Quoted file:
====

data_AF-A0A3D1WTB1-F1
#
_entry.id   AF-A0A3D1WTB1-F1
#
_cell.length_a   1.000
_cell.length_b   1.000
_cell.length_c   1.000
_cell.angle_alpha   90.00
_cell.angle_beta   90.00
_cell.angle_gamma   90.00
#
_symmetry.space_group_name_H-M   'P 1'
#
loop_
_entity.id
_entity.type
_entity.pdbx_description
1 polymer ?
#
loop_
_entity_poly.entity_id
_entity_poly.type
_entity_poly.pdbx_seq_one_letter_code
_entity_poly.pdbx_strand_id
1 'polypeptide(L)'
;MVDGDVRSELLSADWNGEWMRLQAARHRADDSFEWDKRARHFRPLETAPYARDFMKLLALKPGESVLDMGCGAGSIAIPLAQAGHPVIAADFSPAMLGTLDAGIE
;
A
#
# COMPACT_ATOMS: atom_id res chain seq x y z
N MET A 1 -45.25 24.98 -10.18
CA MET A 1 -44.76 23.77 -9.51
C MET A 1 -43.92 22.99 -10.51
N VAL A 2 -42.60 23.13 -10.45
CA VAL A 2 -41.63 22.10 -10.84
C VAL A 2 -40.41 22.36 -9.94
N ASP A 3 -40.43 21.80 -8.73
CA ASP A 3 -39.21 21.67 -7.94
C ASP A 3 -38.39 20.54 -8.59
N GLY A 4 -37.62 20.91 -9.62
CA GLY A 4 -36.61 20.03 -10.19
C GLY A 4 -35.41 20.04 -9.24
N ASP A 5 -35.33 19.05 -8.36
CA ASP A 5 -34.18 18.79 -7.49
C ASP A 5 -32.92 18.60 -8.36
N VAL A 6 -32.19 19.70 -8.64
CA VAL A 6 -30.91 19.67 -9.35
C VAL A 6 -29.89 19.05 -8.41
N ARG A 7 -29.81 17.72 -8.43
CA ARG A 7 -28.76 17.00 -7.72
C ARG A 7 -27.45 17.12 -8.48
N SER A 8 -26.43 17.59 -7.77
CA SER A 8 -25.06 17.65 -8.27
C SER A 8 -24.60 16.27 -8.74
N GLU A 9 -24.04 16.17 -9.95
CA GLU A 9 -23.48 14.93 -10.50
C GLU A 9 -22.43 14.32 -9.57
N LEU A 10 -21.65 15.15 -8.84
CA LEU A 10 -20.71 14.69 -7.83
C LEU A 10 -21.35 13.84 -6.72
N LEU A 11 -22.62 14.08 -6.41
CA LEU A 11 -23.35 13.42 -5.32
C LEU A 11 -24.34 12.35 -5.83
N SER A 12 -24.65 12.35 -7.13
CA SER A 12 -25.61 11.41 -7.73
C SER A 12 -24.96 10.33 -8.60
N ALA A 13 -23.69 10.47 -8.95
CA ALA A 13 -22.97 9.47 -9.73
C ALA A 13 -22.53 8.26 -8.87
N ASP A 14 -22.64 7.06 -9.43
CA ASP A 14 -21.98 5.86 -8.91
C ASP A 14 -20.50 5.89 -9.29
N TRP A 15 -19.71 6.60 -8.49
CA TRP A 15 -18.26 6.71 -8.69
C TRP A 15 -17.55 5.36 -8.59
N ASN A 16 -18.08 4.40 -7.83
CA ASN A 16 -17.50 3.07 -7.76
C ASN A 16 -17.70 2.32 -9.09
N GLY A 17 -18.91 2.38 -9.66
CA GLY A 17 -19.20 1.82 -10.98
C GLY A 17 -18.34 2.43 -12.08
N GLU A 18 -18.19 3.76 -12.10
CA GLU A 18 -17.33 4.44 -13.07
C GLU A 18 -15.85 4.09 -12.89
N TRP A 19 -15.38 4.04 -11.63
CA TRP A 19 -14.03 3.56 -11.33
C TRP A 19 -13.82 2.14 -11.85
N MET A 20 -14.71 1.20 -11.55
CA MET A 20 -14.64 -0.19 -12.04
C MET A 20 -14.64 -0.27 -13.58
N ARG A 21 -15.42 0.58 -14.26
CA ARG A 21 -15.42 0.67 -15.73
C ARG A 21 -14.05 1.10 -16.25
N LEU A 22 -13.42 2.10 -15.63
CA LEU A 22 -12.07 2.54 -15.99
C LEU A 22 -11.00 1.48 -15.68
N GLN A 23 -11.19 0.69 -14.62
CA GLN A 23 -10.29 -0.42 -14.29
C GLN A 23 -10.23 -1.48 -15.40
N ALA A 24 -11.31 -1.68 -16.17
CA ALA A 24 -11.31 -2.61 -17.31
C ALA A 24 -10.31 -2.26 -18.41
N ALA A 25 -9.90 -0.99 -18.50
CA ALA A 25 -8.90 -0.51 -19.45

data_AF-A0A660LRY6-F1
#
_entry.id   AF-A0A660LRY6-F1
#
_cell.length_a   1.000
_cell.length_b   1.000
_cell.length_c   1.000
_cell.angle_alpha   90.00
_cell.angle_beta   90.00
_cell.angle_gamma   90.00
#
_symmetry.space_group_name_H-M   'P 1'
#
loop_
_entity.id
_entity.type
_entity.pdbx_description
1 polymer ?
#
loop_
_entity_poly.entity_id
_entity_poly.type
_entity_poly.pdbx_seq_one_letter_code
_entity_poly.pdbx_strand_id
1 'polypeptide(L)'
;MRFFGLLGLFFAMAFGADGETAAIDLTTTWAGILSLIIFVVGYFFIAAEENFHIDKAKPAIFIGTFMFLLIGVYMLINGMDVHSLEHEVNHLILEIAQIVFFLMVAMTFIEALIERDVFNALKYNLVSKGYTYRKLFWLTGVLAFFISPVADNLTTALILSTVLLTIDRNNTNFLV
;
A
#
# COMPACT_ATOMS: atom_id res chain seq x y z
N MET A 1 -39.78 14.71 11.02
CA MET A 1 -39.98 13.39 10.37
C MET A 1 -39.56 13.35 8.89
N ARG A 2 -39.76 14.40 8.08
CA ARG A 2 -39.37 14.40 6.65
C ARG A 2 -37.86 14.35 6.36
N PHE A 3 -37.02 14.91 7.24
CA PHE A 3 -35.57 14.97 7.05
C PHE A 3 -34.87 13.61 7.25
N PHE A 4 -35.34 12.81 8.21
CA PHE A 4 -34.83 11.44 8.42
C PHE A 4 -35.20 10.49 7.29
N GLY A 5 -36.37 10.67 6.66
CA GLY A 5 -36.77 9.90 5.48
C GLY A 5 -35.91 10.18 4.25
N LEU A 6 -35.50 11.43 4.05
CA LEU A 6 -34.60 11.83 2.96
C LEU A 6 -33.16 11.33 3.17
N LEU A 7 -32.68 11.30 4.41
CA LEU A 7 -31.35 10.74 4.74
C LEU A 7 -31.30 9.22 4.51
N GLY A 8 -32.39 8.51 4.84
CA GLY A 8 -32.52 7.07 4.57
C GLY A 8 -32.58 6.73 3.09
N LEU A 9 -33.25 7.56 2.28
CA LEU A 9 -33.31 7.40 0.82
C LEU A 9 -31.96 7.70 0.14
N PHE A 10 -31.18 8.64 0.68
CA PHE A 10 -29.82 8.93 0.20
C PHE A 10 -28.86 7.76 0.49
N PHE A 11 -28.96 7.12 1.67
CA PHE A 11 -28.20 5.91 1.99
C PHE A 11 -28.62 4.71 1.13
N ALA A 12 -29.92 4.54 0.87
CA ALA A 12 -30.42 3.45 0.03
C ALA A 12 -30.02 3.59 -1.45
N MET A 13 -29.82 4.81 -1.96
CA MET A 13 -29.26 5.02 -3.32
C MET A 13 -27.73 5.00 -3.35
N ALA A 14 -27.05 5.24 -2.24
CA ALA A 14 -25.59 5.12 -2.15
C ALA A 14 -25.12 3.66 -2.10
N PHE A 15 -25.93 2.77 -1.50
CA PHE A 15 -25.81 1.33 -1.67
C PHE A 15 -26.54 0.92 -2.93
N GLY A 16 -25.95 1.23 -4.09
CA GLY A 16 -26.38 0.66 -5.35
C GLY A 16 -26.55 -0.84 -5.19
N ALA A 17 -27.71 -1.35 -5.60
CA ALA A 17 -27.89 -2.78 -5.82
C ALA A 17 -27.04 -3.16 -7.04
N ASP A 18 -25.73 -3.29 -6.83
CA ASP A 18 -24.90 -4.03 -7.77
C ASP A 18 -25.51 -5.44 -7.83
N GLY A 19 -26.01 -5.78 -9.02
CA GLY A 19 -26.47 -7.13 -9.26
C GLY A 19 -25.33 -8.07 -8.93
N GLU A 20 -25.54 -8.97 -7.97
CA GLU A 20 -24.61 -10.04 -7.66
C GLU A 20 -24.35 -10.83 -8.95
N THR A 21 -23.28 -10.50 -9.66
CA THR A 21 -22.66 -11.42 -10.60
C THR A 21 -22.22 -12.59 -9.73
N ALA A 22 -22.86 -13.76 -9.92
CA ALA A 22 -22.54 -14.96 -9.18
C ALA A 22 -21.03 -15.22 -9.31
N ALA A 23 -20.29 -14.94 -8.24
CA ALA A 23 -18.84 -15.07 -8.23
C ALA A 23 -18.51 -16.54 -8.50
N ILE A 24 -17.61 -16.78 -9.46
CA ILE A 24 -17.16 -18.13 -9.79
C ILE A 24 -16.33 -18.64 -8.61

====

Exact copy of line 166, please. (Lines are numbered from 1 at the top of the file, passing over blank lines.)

CA PHE A 11 -28.20 5.91 1.99